Rationale: Nucleus accumbens dopamine (DA) participates in the modulation of instrumental behavior, including aspects of behavioral activation and effort-related choice behavior. Rats with impaired accumbens DA transmission reallocate their behavior away from food-reinforced activities that have high response requirements and instead select less-effortful types of food-seeking behavior. Although accumbens DA is considered a critical component of the brain circuitry regulating effort-related processes, emerging evidence also implicates adenosine A(2A) receptors.
Objective: The present work was undertaken to test the hypothesis that accumbens A(2A) receptor stimulation would produce effects similar to those produced by DA depletion or antagonism.
Materials and methods: Three experiments assessed the effects of the adenosine A(2A) agonist CGS 21680 on performance of a concurrent choice task (lever pressing for preferred food vs. intake of less preferred chow) that is known to be sensitive to DA antagonists and accumbens DA depletions.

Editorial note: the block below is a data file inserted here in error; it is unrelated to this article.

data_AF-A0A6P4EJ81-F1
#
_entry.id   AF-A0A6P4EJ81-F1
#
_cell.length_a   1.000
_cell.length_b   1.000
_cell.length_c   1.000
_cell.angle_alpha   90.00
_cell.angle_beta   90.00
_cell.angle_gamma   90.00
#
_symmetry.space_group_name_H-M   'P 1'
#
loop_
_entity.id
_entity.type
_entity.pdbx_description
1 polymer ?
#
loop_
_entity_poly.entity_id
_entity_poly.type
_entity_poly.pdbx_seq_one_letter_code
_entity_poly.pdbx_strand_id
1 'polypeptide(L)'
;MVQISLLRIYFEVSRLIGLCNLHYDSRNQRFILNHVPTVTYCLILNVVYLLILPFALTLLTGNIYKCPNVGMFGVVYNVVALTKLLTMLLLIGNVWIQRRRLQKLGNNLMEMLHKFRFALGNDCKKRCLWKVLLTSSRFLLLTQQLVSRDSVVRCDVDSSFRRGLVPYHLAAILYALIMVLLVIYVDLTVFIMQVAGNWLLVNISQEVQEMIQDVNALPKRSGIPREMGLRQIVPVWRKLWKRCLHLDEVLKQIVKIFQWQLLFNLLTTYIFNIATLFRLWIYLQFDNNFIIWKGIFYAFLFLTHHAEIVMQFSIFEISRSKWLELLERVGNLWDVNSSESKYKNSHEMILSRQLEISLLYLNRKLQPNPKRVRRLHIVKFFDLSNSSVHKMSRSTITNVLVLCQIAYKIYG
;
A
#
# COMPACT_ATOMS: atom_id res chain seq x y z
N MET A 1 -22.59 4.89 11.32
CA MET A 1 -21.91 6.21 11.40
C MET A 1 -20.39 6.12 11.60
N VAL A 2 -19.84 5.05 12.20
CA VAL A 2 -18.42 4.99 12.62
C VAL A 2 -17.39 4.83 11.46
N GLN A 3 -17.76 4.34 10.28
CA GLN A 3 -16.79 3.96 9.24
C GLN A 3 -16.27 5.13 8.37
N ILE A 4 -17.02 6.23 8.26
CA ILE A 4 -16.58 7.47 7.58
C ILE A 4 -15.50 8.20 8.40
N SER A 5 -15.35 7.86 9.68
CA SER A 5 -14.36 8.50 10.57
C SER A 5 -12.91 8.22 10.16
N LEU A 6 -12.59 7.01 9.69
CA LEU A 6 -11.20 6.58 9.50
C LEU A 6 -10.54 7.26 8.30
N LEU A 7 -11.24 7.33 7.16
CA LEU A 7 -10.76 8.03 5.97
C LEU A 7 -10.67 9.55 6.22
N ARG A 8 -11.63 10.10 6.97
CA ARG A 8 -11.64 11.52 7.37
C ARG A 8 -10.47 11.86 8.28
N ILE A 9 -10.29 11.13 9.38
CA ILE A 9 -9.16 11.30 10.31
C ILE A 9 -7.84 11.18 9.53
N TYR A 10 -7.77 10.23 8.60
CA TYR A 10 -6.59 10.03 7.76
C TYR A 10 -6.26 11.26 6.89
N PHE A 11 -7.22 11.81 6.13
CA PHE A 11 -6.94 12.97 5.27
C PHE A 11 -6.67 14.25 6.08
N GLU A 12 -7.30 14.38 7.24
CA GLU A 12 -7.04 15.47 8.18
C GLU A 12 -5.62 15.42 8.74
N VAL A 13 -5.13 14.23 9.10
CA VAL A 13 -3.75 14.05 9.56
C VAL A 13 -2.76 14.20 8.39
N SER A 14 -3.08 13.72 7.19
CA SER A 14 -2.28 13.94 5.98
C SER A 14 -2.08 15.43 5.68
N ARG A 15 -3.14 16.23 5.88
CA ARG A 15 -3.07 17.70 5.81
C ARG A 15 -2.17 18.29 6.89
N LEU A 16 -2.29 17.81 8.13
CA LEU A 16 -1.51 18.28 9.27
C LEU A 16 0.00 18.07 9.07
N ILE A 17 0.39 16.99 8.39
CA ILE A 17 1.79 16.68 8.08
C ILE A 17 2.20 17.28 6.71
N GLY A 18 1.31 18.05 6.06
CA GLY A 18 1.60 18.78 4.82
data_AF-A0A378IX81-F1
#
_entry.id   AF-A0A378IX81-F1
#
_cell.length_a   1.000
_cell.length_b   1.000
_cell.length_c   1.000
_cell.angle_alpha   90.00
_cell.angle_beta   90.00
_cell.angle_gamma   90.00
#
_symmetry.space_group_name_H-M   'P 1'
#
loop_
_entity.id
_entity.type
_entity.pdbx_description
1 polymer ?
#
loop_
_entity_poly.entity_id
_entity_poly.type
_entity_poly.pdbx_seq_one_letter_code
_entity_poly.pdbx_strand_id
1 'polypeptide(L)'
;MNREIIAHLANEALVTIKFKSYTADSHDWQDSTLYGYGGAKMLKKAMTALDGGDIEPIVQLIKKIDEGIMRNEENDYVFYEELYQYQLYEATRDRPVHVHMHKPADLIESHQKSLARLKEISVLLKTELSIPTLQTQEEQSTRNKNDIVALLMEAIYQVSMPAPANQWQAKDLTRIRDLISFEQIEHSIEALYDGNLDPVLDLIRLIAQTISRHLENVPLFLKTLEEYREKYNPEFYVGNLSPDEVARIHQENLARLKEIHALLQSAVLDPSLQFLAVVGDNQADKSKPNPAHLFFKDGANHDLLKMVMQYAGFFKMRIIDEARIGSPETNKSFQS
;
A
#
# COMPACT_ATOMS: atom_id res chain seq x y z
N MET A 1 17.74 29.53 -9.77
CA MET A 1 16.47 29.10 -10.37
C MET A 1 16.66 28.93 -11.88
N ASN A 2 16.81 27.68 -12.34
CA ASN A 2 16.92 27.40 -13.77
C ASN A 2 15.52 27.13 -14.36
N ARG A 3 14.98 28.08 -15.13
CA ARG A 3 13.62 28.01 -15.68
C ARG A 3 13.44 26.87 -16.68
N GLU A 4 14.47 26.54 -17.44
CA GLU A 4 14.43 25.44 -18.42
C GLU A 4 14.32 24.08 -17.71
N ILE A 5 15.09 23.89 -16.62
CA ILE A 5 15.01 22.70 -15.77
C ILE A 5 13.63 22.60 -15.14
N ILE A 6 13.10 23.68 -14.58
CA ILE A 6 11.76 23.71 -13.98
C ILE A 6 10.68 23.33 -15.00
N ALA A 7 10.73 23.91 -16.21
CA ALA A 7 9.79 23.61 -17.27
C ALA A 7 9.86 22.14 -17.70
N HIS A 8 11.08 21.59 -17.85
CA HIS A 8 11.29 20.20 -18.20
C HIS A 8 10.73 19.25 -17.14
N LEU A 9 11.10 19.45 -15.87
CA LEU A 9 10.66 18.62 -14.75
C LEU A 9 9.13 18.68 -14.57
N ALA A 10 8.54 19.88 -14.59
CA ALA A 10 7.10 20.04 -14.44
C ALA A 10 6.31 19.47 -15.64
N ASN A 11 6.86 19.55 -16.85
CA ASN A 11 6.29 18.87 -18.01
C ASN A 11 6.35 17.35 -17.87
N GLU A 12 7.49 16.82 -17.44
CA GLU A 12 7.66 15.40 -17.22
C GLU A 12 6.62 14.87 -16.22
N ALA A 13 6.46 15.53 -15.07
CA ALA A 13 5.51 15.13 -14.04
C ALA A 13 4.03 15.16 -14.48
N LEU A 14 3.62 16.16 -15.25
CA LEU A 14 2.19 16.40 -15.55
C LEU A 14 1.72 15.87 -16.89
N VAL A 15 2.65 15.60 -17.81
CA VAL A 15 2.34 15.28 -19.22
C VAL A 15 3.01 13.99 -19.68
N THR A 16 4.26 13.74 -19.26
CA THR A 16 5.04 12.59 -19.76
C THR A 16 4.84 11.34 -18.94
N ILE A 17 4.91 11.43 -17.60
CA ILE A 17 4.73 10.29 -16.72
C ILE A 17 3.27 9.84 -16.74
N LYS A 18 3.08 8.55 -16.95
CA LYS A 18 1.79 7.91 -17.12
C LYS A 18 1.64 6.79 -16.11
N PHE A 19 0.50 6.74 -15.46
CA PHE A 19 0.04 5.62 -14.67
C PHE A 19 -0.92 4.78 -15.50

Results: Systemic injections of CGS 21680 reduced lever pressing but did not increase feeding. In contrast, bilateral infusions of the adenosine A(2A) receptor agonist CGS 21680 (6.0-24.0 ng) into the nucleus accumbens decreased lever pressing for the preferred food but substantially increased consumption of the less preferred chow. Injections of CGS 21680 into a control site dorsal to the accumbens were ineffective.
Conclusions: Taken together, these results are consistent with the hypothesis that local stimulation of adenosine A(2A) receptors in nucleus accumbens produces behavioral effects similar to those induced by accumbens DA depletions. Accumbens adenosine A(2A) receptors appear to be a component of the brain circuitry regulating effort-related choice behavior.